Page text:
Q4 Tax Planning Can Boost Year-End Results


A Minnesota state-wide cross-country meet, held at St Olaf College, Northfield, Minn.

Summer’s barely in the rear-view mirror, but October 1, the beginning of the fourth quarter, is just around the corner. As you consider Q4 projections for your business, now’s a great time to revisit your tax planning for a strong finish to 2015.

We covered some business tax planning tips earlier this year. While it’s beneficial to be strategic about tax planning all year long, in the final three months of the year you can hone in on your total expected annual inflows and outflows – allowing you to make precise, smart moves that can make a big impact on year-end results.

Below are a few things to consider (and re-evaluate, now that you have a better picture of where you’ll be at the close of the year):

  1. Consider the timing of your income. As we’ve written before, businesses can defer some of their taxable income to the following year by postponing a portion of their billable revenues until the following year.
  2. Consider the timing of your expenses. Are you expecting an increase in profits this year? It might be helpful for you to move up a planned capital expenditure, or other purchases or expenses, into Q4 2015 to lower your taxable income.
    Whether you’re looking at income or expenses, there are limits to what is allowable under the law and feasible for your business. Your accounting/tax professionals can provide guidance for your timing-relate decisions.
  3. First-year equipment deductions. There are certain conditions under which businesses can claim depreciation allowance as first year expensing instead of the standard depreciation that takes place over multiple years.
  4. The R&D tax credit can apply to wide variety of business expenses. We’ve covered this before (more on that here). It is a valuable benefit that has been underutilized by small- and medium-sized businesses.
  5. Consider other ways to maximize deductions. With your year-end numbers in sight, now is a good time to assess your total projected taxable income and make sure you’re being strategic about maximizing deductions for your federal taxes, as well as state and local. For example, boosting retirement contributions — such as with discretionary 401K matches — could provide tax benefits for your business as well as for your employees. As you approach December 31 and your annual numbers are more clear, you can make smart decisions about corporate charitable donations, donating appreciated securities, and similar actions that can be helpful for the cause of your choice while also reducing your business tax burden.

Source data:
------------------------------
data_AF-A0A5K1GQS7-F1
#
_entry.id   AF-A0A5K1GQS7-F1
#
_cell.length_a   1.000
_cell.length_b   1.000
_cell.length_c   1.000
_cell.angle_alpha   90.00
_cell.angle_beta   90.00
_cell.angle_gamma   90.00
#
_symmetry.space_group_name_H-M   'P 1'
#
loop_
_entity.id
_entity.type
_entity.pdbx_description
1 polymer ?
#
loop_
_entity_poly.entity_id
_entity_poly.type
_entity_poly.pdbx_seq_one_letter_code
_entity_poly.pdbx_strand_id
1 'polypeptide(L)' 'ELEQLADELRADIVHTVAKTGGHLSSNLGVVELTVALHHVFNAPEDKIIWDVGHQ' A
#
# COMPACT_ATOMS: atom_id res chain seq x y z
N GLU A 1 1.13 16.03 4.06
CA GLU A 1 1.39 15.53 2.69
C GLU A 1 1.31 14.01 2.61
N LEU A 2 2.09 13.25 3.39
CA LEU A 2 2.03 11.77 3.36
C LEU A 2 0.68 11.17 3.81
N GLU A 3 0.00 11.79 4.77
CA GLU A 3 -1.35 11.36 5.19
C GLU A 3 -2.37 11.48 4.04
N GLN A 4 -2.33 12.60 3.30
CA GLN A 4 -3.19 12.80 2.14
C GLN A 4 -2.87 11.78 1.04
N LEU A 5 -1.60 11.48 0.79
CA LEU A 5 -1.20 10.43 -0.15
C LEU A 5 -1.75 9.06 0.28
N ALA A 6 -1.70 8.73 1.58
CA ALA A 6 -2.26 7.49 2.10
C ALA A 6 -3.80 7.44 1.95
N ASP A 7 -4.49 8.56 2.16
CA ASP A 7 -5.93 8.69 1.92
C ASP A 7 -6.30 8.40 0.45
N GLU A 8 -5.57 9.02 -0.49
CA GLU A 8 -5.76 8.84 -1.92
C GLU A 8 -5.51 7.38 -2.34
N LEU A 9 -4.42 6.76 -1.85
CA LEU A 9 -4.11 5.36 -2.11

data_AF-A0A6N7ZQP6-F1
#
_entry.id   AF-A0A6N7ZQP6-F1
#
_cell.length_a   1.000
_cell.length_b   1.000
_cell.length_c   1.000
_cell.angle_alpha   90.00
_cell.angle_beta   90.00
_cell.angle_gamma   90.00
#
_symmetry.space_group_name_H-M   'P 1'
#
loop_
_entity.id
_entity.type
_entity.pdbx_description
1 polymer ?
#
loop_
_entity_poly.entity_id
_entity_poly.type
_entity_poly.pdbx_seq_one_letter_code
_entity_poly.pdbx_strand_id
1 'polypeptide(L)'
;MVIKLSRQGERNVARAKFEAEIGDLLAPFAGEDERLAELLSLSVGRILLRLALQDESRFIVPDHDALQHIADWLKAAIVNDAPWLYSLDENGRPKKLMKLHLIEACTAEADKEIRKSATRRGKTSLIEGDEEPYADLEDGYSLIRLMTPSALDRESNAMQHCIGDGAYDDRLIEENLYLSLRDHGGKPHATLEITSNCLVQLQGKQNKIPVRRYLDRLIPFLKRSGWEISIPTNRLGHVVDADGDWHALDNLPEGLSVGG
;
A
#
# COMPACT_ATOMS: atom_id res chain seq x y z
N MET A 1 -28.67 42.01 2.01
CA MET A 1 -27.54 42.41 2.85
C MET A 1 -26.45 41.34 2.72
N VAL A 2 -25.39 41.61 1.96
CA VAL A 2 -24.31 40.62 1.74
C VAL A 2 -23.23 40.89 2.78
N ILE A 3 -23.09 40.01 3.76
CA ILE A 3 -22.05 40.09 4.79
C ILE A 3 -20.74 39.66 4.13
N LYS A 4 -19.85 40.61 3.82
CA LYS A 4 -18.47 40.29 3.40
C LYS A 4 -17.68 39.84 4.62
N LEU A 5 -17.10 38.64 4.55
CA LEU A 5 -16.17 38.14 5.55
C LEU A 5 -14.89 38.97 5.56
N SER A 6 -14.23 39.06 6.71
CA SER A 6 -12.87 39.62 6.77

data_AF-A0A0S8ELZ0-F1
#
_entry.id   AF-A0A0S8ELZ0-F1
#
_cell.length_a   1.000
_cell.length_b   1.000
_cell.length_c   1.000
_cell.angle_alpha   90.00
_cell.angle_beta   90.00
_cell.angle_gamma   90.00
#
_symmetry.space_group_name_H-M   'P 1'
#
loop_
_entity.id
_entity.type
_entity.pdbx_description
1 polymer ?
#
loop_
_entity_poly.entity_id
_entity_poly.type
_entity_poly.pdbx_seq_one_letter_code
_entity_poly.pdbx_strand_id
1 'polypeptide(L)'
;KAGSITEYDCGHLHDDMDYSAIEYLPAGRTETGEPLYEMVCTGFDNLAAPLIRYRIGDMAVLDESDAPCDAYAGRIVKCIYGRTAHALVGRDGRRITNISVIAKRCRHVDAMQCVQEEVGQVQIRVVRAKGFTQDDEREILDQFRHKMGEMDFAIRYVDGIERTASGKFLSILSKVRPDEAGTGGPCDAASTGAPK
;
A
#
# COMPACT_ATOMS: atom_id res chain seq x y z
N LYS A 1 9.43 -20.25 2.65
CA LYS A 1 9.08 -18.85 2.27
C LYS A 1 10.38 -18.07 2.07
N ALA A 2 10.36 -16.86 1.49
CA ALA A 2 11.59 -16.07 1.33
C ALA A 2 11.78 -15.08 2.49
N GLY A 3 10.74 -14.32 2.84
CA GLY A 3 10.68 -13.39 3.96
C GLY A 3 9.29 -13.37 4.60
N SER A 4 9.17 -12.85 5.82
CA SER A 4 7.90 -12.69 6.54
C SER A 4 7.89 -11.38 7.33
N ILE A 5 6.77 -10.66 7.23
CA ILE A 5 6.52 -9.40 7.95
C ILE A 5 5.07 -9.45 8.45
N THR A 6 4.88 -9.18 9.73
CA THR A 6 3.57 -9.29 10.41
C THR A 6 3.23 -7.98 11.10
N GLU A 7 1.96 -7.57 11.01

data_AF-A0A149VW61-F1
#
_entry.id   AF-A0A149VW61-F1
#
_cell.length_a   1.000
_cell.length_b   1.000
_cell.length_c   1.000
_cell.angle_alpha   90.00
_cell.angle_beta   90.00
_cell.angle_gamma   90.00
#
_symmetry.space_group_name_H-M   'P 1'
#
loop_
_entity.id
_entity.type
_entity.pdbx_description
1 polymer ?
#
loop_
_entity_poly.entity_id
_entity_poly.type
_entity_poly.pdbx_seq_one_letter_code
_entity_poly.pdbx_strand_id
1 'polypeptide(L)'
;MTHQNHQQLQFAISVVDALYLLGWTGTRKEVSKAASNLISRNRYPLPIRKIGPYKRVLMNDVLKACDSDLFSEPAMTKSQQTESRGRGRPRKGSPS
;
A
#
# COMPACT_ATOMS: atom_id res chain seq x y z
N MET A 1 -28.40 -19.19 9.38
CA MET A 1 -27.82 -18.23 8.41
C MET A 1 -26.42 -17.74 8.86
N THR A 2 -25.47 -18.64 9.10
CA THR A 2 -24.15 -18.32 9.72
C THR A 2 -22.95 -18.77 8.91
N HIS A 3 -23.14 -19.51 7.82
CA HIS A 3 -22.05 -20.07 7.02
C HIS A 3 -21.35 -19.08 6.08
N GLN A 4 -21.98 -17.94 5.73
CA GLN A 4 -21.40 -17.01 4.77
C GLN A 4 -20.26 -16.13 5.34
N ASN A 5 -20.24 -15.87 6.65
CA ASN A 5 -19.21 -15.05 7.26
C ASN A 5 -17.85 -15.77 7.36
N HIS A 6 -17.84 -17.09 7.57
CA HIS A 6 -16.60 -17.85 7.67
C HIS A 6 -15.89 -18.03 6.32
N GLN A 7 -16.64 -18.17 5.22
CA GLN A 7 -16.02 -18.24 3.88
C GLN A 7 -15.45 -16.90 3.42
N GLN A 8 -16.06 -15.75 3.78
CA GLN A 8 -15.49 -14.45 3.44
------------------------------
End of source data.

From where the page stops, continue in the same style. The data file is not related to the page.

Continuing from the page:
6. Capital gains are important for business tax planning, as capital gains-related tax issues can ripple through many different aspects of a business. This is a complex topic, and we won’t go into too much detail here. For now, a couple of examples of capital gains issues that could be affected (for better or worse) in the fourth quarter: Stock incentives can impact employees depending on how they’re structured (such as qualified vs unqualified stocks, and the timing of these with regards to how they’re treated as taxable income). Additionally, business owners should evaluate their personal capital gains taxes, and consider making adjustments as needed (if feasible) in the fourth quarter. Once again, timing can play an important role when considering impacts to individuals. For example, when a business owner, filing jointly with a spouse, exceeds the $250,000 threshold, the 3.8% Medicare surtax is applied (as covered in an earlier blog). Owners considering selling their interest in a partnership should proceed cautiously, as certain “hot assets” – such as accounts receivables and inventory – may be considered ordinary income as opposed to long term capital gain (and therefore taxed differently).

As you can see from these examples, achieving optimal results for business taxes can be a complex, ongoing task. This is why our number one piece of advice, which we repeat and repeat again, is to work closely with your accounting professional. Be sure that you are working with competent business tax experts. The above list is not complete, as there are myriad ways that businesses can fine-tune their tax planning. With this blog, we hope to give you some potentially useful ideas and perhaps spark some new ones. Most of all, we hope to encourage you to be strategic with your business tax planning.

When it comes to taxes, timing is (almost) everything, and planning is essential. Your accounting/tax professionals can provide guidance for making informed – and valuable – fourth quarter decisions that will help you to bring in the year with a win.

Photo credit: “MNSTATE” by ​English Wikipedia user Thorsoninwayzata. Licensed under CC BY-SA 3.0 via Commons

About the author

Brady is the owner of Ramsay & Associates. He specializes in financial statement preparation and personal, fiduciary and corporate tax and accounting.

His professional experience includes seven years' experience for local and national CPA firms before joining Ramsay & Associates in 2006.

He has a Bachelor of Accounting degree from the University of Minnesota Duluth. He is a Certified Public Accountant, a member of the Minnesota Society of CPA's, an Eagle Scout, as well as an active volunteer in the community.